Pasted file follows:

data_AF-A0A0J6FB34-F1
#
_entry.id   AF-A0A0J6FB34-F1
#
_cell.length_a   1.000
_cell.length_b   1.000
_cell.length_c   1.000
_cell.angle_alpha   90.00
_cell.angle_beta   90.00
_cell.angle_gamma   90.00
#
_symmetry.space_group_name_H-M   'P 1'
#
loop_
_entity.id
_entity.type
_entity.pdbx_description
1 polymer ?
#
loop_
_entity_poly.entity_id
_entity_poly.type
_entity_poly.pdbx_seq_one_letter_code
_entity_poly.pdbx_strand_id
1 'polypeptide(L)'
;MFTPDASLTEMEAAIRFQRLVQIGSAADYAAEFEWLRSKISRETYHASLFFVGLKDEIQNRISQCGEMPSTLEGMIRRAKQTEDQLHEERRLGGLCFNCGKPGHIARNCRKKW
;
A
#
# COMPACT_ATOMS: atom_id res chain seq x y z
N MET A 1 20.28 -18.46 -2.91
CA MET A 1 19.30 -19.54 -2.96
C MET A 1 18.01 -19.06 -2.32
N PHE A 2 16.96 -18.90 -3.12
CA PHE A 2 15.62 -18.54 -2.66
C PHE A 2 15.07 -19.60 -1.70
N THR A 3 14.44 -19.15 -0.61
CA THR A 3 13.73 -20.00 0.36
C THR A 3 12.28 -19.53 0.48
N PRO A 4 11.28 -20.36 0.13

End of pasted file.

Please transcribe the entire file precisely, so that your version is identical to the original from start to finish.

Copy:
data_AF-A0A0J6FB34-F1
#
_entry.id   AF-A0A0J6FB34-F1
#
_cell.length_a   1.000
_cell.length_b   1.000
_cell.length_c   1.000
_cell.angle_alpha   90.00
_cell.angle_beta   90.00
_cell.angle_gamma   90.00
#
_symmetry.space_group_name_H-M   'P 1'
#
loop_
_entity.id
_entity.type
_entity.pdbx_description
1 polymer ?
#
loop_
_entity_poly.entity_id
_entity_poly.type
_entity_poly.pdbx_seq_one_letter_code
_entity_poly.pdbx_strand_id
1 'polypeptide(L)'
;MFTPDASLTEMEAAIRFQRLVQIGSAADYAAEFEWLRSKISRETYHASLFFVGLKDEIQNRISQCGEMPSTLEGMIRRAKQTEDQLHEERRLGGLCFNCGKPGHIARNCRKKW
;
A
#
# COMPACT_ATOMS: atom_id res chain seq x y z
N MET A 1 20.28 -18.46 -2.91
CA MET A 1 19.30 -19.54 -2.96
C MET A 1 18.01 -19.06 -2.32
N PHE A 2 16.96 -18.90 -3.12
CA PHE A 2 15.62 -18.54 -2.66
C PHE A 2 15.07 -19.60 -1.70
N THR A 3 14.44 -19.15 -0.61
CA THR A 3 13.73 -20.00 0.36
C THR A 3 12.28 -19.53 0.48
N PRO A 4 11.28 -20.36 0.13